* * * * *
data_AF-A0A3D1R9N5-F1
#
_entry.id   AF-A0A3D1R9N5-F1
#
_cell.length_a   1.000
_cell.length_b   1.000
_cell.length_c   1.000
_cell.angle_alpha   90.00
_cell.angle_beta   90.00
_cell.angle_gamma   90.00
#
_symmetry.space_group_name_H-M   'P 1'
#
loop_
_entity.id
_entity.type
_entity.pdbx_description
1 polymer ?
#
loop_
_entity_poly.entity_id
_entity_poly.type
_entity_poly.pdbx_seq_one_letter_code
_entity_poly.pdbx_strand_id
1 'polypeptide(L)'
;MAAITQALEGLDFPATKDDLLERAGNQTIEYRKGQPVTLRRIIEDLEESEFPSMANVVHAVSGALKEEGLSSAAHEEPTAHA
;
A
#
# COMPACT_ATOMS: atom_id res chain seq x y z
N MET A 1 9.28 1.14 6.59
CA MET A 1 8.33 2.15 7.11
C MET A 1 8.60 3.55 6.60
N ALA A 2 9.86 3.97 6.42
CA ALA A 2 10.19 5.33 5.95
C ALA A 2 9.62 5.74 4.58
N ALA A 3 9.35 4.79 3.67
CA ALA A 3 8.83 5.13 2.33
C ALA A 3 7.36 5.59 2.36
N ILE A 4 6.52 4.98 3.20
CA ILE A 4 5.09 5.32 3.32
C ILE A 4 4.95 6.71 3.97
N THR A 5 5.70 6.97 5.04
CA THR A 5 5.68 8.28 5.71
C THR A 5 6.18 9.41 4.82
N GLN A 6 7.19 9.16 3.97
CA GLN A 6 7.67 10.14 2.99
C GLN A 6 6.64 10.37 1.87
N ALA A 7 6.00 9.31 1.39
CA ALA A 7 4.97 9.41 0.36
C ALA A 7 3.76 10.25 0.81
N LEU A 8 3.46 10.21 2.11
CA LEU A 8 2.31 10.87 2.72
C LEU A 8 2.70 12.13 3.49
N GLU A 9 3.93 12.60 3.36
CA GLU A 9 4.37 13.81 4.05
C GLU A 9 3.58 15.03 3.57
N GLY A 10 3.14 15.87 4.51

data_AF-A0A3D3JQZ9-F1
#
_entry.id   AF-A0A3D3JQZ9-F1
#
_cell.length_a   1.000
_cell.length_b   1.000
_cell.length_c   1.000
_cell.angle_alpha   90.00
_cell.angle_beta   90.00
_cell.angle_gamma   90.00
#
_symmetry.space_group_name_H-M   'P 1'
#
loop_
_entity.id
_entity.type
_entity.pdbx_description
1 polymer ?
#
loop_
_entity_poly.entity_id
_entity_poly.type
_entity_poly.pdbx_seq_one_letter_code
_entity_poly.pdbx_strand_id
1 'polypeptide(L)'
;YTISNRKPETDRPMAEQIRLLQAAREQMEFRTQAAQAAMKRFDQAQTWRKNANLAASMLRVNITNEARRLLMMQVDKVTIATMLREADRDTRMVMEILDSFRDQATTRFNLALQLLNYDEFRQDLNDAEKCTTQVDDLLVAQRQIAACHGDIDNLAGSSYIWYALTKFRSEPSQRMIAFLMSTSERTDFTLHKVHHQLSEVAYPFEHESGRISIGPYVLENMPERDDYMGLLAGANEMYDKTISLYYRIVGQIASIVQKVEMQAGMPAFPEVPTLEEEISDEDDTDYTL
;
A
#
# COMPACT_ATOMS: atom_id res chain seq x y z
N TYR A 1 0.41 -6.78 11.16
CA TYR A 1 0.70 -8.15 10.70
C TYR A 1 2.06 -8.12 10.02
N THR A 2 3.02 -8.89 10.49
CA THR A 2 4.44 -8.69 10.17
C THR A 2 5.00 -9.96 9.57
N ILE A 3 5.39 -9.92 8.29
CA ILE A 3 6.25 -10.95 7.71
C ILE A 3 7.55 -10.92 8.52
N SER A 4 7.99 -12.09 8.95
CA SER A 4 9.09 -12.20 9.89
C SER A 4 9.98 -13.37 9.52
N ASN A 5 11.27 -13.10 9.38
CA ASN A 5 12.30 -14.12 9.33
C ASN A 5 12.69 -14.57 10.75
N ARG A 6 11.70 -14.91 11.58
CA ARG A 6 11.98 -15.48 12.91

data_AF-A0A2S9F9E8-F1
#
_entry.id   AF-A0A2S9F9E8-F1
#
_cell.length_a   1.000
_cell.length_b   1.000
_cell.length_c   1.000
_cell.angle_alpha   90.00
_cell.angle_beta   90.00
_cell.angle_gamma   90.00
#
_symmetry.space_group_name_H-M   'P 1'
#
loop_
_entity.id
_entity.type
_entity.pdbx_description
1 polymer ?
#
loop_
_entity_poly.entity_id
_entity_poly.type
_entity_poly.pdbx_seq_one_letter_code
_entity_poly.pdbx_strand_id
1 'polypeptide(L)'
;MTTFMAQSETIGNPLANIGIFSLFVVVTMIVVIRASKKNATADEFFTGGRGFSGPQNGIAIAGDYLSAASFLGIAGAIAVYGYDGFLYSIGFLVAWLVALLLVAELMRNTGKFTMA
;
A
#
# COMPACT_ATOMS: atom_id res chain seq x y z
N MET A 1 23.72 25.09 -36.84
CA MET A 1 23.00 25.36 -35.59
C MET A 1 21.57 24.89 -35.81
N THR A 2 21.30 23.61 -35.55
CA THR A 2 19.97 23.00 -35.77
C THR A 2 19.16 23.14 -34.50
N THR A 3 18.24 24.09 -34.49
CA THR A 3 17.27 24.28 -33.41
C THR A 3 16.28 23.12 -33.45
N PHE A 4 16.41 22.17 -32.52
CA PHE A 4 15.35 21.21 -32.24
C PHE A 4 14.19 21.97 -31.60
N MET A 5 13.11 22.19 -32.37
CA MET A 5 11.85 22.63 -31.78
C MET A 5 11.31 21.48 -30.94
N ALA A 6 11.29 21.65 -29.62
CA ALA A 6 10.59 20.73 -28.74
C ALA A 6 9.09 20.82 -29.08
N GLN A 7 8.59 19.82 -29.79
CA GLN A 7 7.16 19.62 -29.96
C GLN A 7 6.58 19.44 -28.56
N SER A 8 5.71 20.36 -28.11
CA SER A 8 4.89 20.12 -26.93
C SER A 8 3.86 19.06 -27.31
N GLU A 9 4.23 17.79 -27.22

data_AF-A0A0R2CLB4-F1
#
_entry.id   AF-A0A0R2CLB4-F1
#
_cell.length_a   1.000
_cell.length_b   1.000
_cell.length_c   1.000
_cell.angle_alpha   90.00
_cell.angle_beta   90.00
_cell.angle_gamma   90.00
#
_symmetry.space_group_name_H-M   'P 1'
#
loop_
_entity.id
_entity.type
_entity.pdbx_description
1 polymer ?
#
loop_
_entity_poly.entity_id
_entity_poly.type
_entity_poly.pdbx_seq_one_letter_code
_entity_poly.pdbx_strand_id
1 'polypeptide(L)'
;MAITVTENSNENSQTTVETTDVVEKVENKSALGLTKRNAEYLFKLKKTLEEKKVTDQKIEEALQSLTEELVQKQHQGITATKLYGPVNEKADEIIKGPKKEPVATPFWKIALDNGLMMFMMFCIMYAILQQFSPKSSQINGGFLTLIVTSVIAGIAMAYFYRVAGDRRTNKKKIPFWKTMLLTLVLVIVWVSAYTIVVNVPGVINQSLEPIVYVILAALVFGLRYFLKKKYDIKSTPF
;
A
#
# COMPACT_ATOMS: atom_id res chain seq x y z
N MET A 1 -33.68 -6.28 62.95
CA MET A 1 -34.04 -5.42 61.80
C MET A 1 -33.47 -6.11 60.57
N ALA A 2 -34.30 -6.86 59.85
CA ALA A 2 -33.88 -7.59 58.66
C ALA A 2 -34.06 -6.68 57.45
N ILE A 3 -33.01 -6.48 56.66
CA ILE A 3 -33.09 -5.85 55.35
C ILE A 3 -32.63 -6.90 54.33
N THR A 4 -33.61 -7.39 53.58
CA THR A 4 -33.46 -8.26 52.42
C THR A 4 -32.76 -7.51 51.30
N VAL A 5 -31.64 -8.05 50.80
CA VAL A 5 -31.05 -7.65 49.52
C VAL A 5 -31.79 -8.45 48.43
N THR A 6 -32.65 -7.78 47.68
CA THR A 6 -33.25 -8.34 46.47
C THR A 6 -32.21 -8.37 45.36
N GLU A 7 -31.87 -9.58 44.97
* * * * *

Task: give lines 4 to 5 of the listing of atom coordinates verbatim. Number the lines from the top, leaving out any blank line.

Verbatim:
#
_cell.length_a   1.000